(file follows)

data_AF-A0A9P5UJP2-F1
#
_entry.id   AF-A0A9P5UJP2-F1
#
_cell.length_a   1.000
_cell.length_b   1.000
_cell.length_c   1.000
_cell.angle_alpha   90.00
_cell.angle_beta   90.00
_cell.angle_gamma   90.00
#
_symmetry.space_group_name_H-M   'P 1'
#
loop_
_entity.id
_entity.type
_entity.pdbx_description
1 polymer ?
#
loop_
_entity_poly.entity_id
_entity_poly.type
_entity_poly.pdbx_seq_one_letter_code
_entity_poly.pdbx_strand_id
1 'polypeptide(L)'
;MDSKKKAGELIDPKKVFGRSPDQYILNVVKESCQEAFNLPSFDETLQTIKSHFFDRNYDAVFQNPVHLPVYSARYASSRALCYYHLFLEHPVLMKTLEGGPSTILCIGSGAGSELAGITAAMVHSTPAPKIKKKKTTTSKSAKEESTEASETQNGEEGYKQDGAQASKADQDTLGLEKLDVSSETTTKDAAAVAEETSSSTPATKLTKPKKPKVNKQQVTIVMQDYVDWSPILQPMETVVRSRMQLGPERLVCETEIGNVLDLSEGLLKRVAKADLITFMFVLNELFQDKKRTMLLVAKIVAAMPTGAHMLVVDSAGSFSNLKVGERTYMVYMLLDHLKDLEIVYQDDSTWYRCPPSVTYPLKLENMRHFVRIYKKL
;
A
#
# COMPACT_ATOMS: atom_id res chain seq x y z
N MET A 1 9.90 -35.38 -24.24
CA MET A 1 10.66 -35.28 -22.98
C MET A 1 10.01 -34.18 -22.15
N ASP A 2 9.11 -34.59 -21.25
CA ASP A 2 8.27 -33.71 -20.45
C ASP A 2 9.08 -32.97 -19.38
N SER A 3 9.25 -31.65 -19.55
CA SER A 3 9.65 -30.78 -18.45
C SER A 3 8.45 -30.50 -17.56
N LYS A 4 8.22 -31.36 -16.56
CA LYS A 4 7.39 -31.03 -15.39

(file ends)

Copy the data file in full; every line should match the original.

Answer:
data_AF-A0A9P5UJP2-F1
#
_entry.id   AF-A0A9P5UJP2-F1
#
_cell.length_a   1.000
_cell.length_b   1.000
_cell.length_c   1.000
_cell.angle_alpha   90.00
_cell.angle_beta   90.00
_cell.angle_gamma   90.00
#
_symmetry.space_group_name_H-M   'P 1'
#
loop_
_entity.id
_entity.type
_entity.pdbx_description
1 polymer ?
#
loop_
_entity_poly.entity_id
_entity_poly.type
_entity_poly.pdbx_seq_one_letter_code
_entity_poly.pdbx_strand_id
1 'polypeptide(L)'
;MDSKKKAGELIDPKKVFGRSPDQYILNVVKESCQEAFNLPSFDETLQTIKSHFFDRNYDAVFQNPVHLPVYSARYASSRALCYYHLFLEHPVLMKTLEGGPSTILCIGSGAGSELAGITAAMVHSTPAPKIKKKKTTTSKSAKEESTEASETQNGEEGYKQDGAQASKADQDTLGLEKLDVSSETTTKDAAAVAEETSSSTPATKLTKPKKPKVNKQQVTIVMQDYVDWSPILQPMETVVRSRMQLGPERLVCETEIGNVLDLSEGLLKRVAKADLITFMFVLNELFQDKKRTMLLVAKIVAAMPTGAHMLVVDSAGSFSNLKVGERTYMVYMLLDHLKDLEIVYQDDSTWYRCPPSVTYPLKLENMRHFVRIYKKL
;
A
#
# COMPACT_ATOMS: atom_id res chain seq x y z
N MET A 1 9.90 -35.38 -24.24
CA MET A 1 10.66 -35.28 -22.98
C MET A 1 10.01 -34.18 -22.15
N ASP A 2 9.11 -34.59 -21.25
CA ASP A 2 8.27 -33.71 -20.45
C ASP A 2 9.08 -32.97 -19.38
N SER A 3 9.25 -31.65 -19.55
CA SER A 3 9.65 -30.78 -18.45
C SER A 3 8.45 -30.50 -17.56
N LYS A 4 8.22 -31.36 -16.56
CA LYS A 4 7.39 -31.03 -15.39